Thursday, 14 August 2008


Canna lilies going at it. The size of the rhizomes means I got flowers this year earlier than ever before, last week of July. 

And they come out of this perfectly formed bud, which I'm sure has a technical botanical name that somebody must know...

And they have seed pods which look exactly (I'm sorry) like testicles, though of which particular creature I'm not sure. 

In the back garden, begonias I grew from tubers are flowering for the first time (yup, it took me a while to work out which way up to plant them but after that they did fine).

A fuchsia I thought I'd managed to finish off last winter came back to life, much to my delight.

Euphorbia amjilassa, bought from Great Dixter on a sunny early spring afternoon, starting to really flourish and beginning to flower. The mystery of where exactly it sits in my Local Collection, though, remains. Don Witton doesn't list amjilassa, nor, longifolia, which T&M list it under (they exclusively sell the seed in a nice scheme designed to benefit the Kashmiri village where it was discovered by Kew collectors). Hmm. Enjoy the plant, I tell myself, and don't worry about the label for now.

Another new-to-flower for me, Brugmansia of some random kind I bought in Wyevale for £8.99. If I'd known they were this easy I'd have bought one years ago.

A slightly fargone, but utterly wonderful ginger. Another new-to-me success, Hedychium kewense.

And an old survivor from last year, Celebrity Fuchsia Gary Rhodes. The only time I've ever bought a plant based merely on the name. The breeder, Tony Hickman, was a well-respected old dude who sadly died during the winter 2007/8, so I get to think of the funny time I had meeting him when I look at this plant.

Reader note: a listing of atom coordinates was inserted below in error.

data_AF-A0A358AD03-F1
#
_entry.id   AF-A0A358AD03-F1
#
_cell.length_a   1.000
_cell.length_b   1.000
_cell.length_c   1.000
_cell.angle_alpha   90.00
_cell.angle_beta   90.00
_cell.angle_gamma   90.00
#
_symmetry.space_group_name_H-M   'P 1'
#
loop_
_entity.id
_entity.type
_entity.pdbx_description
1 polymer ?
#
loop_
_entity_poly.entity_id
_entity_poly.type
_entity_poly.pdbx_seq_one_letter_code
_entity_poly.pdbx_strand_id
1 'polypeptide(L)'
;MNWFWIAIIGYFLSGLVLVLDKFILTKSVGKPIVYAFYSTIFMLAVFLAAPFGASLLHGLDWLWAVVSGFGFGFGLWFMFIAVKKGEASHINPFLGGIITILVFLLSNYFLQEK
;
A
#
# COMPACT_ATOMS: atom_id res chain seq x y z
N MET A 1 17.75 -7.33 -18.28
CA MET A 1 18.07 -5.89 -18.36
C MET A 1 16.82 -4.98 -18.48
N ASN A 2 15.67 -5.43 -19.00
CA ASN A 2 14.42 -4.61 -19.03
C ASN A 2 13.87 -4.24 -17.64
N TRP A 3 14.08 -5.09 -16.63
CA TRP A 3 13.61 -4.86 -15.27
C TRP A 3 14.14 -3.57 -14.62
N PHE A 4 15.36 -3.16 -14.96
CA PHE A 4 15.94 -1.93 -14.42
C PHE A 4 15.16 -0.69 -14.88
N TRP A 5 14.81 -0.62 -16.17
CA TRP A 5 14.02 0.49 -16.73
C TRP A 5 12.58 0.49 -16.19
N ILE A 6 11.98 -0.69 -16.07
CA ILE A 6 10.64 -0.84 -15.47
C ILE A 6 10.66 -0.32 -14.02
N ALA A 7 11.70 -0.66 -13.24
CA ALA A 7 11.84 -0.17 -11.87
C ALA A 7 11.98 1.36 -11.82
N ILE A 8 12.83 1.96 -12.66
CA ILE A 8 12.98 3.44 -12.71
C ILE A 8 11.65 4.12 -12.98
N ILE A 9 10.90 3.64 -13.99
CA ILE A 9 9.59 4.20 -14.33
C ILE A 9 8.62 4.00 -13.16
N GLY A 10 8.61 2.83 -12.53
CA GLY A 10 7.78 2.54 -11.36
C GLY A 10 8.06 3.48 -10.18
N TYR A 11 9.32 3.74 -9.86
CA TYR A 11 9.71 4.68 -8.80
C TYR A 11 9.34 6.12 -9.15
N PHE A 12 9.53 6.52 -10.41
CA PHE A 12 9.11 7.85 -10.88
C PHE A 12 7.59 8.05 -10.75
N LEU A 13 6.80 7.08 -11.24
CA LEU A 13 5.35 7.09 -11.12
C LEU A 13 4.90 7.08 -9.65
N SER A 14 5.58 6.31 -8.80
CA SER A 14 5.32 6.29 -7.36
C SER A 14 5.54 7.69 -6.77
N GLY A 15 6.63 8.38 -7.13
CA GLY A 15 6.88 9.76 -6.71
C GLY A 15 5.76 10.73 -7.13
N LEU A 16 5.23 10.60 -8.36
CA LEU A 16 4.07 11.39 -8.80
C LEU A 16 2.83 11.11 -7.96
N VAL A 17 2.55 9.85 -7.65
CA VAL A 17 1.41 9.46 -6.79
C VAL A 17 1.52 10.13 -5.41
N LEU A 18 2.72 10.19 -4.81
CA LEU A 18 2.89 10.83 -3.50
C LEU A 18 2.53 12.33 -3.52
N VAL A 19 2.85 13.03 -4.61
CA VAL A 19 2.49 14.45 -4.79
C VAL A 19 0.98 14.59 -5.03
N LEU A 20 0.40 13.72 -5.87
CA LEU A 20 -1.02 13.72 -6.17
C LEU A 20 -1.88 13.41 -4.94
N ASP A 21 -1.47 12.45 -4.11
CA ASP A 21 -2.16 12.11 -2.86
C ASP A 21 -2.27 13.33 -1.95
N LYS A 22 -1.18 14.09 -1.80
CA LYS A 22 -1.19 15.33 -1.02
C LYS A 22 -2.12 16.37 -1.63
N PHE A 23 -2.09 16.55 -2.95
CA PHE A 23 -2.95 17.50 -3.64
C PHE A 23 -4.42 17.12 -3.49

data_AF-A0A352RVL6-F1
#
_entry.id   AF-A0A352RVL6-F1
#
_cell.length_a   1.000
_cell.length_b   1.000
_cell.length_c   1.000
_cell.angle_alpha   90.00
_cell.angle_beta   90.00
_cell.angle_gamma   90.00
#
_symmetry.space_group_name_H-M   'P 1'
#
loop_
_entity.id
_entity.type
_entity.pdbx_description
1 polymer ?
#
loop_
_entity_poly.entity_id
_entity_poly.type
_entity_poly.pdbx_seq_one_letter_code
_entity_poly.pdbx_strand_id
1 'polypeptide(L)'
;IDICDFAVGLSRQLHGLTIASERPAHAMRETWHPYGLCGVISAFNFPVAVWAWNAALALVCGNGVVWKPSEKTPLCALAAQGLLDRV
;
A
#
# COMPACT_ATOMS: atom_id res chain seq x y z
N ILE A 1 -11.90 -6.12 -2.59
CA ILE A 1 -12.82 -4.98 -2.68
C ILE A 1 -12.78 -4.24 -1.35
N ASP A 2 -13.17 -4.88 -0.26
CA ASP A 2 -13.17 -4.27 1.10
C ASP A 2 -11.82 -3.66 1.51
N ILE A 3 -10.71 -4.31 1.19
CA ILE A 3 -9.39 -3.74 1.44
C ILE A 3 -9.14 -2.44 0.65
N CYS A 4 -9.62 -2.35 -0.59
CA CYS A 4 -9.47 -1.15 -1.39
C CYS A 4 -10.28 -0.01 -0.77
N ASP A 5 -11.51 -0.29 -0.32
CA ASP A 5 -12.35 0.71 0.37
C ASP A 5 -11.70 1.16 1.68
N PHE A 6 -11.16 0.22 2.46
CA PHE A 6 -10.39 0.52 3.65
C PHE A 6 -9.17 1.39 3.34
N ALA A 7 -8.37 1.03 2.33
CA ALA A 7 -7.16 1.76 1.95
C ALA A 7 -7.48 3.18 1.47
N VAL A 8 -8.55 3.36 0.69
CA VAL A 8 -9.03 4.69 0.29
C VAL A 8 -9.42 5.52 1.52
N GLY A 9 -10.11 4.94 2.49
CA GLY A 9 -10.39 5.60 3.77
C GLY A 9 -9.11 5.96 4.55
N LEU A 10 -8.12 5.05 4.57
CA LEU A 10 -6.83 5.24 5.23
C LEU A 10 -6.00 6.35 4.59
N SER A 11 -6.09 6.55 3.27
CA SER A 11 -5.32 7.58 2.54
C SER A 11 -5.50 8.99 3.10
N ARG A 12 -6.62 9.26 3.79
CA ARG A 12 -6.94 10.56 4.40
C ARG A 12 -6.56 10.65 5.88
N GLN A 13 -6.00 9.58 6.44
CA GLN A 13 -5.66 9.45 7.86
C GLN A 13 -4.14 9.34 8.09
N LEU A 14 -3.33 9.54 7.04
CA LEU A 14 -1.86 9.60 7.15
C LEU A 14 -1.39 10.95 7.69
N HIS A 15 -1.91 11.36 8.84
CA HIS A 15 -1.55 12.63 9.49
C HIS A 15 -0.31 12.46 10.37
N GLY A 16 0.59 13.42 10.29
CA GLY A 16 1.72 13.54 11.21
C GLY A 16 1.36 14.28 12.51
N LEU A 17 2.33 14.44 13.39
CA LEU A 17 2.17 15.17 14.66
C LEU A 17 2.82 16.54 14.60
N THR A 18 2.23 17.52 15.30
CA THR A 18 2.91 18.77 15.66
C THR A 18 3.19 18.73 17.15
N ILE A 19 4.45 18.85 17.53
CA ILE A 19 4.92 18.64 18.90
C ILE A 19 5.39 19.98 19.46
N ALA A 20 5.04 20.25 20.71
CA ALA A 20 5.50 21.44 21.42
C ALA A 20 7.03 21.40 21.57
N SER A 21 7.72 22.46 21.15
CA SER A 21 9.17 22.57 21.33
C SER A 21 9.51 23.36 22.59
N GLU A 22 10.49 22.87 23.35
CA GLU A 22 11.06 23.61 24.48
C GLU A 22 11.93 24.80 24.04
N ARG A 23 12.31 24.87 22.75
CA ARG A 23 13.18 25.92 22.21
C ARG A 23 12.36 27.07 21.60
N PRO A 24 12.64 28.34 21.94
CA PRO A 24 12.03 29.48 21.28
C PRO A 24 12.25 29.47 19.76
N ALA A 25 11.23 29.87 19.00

I took six cuttings of my old rosemary, which I'd had for about ten years and which everybody in the whole street used for cooking. Some of it even went in a bouquet for Princess Diana (that was my neighbour Sanj, not me). All of them died, except one. I got one cutting to carry on the old dear. Very happy about this. 

Proper August flowers. I don't know how anyone makes do without Echinops ritro, it's completely completely essential in my garden. Especially for the lovely bees. I don't know how you tell it's not bannaticus, except by looking at the label. Does anyone else know?

Pure and total joy. Another new to flower. Gladiolus callianthus murielae. Felt like a total twerp last year at the Bulb of the Year lunch while Stephanie Donaldson and Kathryn Bradley-Hole sung its praises. Now I have grown it, I know what they are talking about. What a perfect flower, and smells lovely too.

Caper spurge. A much-mentioned weed in my garden, but much-loved too. What's not to like in all that shape and structure? I could eat it up. Except that it would burn my tongue.

Noel Kingsbury managed to write a whole book a few years ago about how great seedheads are. I don't disagree one bit. And all the better to drug you with, my sweet.